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First off today, Eriq Gardner at The Hollywood Reporter Esquire reports that the media monitoring service TVEyes has informed the court it will soon be appealing its case to the United States Supreme Court, setting the stage for a potential showdown at the highest court in the land.
TVEyes is a service that monitors and records what is being said on some 1,400 TV and radio stations. It then allows customers to search its library and then download/share relevant clips. This functionality drew a lawsuit from Fox News, which convinced both a lower court and the appeals court that TVEyes was going beyond the bounds of fair use and was committing copyright infringement.
However, some seven months after the appeals court upheld an injunction that barred TVEyes from distributing Fox News content, the company is now attempting to appeal its case to the United States Supreme Court. However, the Supreme Court, unlike the appeals court, is not obligated to hear every case appealed to it and only accepts a small percentage of the petitions it receives.
Next up today, Tom Prichard at Gizmodo UK reports that, in the UK, a YouGov report indicates that music piracy is down in the country and that legitimate alternatives are the primary cause.
According to the report, 10 percent of British people admit to engaging in music piracy, which is down from 18 percent just five years ago. Of those who have stopped, some 63 percent said that they have moved on to legitimate streaming services, such as Spotify and Apple Music.
Of those who are still pirating music, 63 percent said that they imagine they still will be in 5 years time though 35 percent did say that they felt music piracy was becoming more difficult. Still, 44 percent those who were continuing to pirate music said that they were doing so to obtain music not available on legitimate services, including service-exclusive tracks, which 51 percent of all people complained about.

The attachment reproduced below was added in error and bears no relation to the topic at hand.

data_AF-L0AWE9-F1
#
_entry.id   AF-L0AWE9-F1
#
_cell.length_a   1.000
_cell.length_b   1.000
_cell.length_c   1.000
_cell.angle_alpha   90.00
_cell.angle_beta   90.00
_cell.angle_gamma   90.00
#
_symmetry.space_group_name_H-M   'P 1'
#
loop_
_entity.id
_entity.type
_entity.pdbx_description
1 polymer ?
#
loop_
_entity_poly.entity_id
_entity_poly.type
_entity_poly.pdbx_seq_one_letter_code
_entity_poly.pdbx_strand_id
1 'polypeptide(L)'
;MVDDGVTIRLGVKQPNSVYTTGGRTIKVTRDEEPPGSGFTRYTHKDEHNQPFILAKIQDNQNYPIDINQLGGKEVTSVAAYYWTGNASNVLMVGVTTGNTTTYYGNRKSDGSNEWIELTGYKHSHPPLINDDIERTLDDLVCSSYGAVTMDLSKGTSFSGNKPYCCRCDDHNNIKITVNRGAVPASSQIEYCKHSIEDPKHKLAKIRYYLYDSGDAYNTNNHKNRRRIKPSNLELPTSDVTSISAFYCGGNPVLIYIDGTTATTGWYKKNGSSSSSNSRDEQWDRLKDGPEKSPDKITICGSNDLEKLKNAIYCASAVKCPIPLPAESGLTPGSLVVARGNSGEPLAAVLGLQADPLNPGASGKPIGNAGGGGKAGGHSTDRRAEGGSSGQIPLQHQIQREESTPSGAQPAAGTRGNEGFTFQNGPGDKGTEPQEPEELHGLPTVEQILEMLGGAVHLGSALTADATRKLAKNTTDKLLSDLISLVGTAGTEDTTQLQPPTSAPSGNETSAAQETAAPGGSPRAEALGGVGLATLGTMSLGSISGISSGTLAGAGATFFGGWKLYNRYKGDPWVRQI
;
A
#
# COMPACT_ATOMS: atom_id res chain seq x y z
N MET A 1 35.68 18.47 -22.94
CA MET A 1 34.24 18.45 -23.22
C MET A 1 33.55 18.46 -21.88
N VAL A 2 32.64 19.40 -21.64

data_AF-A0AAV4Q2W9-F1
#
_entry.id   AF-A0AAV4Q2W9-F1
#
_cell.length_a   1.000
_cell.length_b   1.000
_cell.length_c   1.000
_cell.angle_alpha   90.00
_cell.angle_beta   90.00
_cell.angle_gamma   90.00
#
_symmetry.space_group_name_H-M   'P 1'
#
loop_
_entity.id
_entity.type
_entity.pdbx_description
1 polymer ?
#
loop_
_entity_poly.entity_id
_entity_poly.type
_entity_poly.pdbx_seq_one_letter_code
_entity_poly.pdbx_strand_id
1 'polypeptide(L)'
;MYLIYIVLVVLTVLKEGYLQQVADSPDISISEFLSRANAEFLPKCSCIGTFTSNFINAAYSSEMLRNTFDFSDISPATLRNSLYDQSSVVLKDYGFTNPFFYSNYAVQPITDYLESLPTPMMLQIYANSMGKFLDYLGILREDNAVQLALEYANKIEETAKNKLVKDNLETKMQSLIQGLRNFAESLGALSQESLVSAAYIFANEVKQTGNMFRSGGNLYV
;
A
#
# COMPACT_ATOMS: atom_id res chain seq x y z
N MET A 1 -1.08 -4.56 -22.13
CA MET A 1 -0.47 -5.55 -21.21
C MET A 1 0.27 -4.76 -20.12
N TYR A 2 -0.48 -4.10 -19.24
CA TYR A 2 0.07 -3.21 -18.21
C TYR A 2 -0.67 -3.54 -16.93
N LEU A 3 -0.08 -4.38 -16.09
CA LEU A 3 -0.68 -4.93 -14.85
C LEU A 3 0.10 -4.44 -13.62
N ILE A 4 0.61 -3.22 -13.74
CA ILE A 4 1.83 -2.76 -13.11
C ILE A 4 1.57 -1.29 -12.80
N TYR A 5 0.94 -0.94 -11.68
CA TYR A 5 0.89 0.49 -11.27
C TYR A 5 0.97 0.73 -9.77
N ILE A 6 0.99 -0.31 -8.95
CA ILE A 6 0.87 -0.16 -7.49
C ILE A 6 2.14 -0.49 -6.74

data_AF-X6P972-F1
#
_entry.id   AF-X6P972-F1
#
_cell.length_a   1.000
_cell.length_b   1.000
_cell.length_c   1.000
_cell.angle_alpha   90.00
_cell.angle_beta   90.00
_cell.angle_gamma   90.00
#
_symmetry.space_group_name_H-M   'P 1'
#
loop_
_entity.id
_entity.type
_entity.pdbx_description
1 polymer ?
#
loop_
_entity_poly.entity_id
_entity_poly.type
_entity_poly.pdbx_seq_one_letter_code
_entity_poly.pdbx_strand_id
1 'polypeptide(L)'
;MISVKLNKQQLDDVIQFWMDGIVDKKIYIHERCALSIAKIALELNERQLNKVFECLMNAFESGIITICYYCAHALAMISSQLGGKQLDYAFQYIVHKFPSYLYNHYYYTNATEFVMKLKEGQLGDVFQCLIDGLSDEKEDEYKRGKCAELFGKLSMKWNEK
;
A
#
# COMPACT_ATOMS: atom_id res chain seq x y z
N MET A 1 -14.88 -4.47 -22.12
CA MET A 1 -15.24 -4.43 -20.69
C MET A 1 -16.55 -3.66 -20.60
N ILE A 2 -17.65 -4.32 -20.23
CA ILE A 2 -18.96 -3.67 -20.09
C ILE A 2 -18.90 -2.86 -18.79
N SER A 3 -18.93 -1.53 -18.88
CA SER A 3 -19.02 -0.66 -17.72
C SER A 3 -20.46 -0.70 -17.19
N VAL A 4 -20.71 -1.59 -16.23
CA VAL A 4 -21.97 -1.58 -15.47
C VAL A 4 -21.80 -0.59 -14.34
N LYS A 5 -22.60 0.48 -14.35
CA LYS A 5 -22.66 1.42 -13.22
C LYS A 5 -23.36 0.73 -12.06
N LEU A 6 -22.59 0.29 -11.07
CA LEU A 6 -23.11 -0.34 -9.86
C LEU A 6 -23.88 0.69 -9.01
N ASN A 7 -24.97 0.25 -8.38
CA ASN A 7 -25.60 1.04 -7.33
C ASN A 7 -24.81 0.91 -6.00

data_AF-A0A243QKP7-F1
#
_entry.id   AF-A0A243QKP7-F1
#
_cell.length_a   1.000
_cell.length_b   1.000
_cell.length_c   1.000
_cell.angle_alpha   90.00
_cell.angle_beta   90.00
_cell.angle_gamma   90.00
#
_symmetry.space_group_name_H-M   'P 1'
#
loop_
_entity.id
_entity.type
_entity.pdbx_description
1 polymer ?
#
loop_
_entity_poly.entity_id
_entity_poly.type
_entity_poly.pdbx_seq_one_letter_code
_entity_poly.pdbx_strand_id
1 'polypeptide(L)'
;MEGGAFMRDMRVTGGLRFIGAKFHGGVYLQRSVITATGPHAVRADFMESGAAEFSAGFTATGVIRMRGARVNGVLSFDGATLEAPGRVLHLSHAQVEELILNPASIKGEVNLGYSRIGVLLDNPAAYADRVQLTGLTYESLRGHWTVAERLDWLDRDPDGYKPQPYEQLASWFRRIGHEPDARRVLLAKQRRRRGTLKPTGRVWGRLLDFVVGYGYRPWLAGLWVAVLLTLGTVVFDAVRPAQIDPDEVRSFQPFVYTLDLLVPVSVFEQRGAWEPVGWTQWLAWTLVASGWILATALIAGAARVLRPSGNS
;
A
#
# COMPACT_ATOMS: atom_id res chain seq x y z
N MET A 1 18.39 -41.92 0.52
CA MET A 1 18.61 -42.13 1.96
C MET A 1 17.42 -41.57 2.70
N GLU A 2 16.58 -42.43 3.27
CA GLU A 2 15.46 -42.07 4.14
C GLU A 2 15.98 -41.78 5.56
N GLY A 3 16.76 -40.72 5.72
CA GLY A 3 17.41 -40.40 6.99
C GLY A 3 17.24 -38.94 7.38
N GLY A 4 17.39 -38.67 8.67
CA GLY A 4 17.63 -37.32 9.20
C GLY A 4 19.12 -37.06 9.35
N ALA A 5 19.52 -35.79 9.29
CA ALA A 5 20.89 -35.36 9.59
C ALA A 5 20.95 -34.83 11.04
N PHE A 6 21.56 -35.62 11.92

Finally today, Ernesto at Torrentfreak writes that the anti-piracy firm Irdeto has released a new study that found that pirate IPTV operators rely upon reputable payment processors to collect money for their services.
Though free pirate TV services are common the rise of set-top box piracy, driven by the use of “fully loaded” Kodi boxes, has also created a market for paid pirate TV and movie services. Of those serves, a full 76 percent advertise their payment options, of which Visa, Mastercard and PayPal lead the way.
Of the services that advertised their payment options, Visa and Mastercard were each available on 21 percent and PayPal another 9 percent. Cryptocurrency options were less popular, accounting for just 4 percent. This indicates that illegal streaming services are getting a huge boost from legitimate payment processors, pointing to a possible means of targeting them.
That’s it for the three count today. We will be back tomorrow with three more copyright links. If you have a link that you want to suggest a link for the column or have any proposals to make it better. Feel free to leave a comment or send me an email. I hope to hear from you.